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Ocean Wave, The Currents : 4 currents of North Atlantic Ocean Gyre

Ocean Wave, The Currents : 4 currents of North Atlantic Ocean Gyre
Waves are up and down movements, caused by the action of winds on the water surfaces. Waves move in the direction of winds. When ocean levels rise and fall at regualr intervals during the course of the day. This is referred to as the tide. Tides are caused by the gravitational attraction between the moon and the Earth. The horizontal and vertical circulation of ocean waters creates currents.

The most important characteristic feature in that the ocean waters are always in a state of motion. The different kinds of motions are: waves, tides and currents.

 

Waves are up and down movements, caused by the action of winds on the water surfaces. Waves move in the direction of winds. When ocean levels rise and fall at regualr intervals during the course of the day. This is referred to as the tide. Tides are caused by the gravitational attraction between the moon and the Earth. The horizontal and vertical circulation of ocean waters creates currents. Major causes of ocean currents are wind, friction, gravity, and variations in water density in different parts of the oceans. These currents modify local climates. They distribute the heat energy form one latitude to another. Let us learn now about the circulation of ocean currents.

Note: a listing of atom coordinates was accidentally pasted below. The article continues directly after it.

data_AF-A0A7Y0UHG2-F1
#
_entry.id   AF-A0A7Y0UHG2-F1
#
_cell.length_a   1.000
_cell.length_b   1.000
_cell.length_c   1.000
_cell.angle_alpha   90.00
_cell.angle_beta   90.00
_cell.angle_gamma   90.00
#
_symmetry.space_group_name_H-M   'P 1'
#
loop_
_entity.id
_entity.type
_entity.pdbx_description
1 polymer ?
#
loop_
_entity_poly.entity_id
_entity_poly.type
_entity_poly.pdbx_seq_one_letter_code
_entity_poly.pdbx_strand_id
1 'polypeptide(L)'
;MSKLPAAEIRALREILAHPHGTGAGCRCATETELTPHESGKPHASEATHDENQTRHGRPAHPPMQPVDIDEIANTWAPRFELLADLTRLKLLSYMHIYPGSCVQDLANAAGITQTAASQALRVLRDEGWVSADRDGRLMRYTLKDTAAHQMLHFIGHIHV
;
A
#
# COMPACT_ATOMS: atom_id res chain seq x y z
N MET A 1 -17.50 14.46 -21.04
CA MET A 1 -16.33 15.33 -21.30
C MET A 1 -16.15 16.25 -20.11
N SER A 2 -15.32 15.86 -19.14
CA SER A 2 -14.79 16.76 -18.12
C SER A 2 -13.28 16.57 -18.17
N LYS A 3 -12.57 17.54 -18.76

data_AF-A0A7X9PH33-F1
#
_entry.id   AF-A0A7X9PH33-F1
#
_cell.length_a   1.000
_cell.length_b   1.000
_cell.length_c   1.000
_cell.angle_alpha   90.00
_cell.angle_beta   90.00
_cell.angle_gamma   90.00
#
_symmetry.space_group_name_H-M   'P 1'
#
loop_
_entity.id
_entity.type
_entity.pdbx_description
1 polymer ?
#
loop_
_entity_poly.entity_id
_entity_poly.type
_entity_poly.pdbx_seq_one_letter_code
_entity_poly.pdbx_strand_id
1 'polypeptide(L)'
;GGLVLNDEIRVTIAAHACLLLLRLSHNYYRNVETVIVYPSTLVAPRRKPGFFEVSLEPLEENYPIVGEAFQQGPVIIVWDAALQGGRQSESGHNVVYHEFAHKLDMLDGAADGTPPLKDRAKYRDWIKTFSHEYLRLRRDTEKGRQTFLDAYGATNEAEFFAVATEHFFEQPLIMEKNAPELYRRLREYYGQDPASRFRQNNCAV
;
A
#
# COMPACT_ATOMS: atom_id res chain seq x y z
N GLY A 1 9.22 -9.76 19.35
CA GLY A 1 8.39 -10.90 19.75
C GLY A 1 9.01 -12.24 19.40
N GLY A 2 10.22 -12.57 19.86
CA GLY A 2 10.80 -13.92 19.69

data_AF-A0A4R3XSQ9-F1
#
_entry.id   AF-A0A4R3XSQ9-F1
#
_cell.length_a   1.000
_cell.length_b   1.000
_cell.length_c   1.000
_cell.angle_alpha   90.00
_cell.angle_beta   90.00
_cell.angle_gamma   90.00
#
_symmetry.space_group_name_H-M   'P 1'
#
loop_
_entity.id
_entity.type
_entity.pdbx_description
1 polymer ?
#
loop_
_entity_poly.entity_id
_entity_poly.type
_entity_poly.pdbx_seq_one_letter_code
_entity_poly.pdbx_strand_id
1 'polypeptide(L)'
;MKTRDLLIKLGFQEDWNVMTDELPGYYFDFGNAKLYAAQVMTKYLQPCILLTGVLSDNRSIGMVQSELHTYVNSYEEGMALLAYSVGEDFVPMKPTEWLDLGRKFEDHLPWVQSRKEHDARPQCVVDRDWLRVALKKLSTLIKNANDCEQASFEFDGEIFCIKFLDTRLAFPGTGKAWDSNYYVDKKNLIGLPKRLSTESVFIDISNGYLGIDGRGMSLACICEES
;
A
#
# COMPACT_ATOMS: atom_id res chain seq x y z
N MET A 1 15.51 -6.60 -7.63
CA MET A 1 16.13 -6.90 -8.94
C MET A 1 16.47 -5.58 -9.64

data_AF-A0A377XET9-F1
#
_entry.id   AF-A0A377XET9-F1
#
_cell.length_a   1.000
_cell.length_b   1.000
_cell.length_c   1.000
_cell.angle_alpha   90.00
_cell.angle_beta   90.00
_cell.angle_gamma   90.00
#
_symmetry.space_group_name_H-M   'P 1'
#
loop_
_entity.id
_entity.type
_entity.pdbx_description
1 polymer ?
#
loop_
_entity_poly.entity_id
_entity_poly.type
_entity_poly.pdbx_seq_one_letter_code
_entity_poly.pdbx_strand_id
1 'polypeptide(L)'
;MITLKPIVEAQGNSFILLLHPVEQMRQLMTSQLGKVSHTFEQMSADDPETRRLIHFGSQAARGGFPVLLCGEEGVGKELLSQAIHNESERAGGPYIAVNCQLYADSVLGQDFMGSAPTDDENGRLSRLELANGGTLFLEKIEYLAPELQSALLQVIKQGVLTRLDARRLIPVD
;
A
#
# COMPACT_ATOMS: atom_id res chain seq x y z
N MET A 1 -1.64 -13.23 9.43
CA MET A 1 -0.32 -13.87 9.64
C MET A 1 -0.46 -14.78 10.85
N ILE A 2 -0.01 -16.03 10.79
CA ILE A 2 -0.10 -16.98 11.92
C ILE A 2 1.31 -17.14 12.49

The Currents :

 

An ocean current can be defined as a horizontal movement of seawater at the ocean's surface. Ocean currents are driven by the circulation of wind above surface waters. Frictional stress at the interface between the ocean and the wind causes the water to move in the direction of the wind. Large ocean currents are a response of the atmosphere and ocean currents are responsible for the flow of energy from the tropics to polar regions. In some cases, currents are transient features and affect only a small area. Other ocean currents are essentially permanent and extend over large horizontal distances.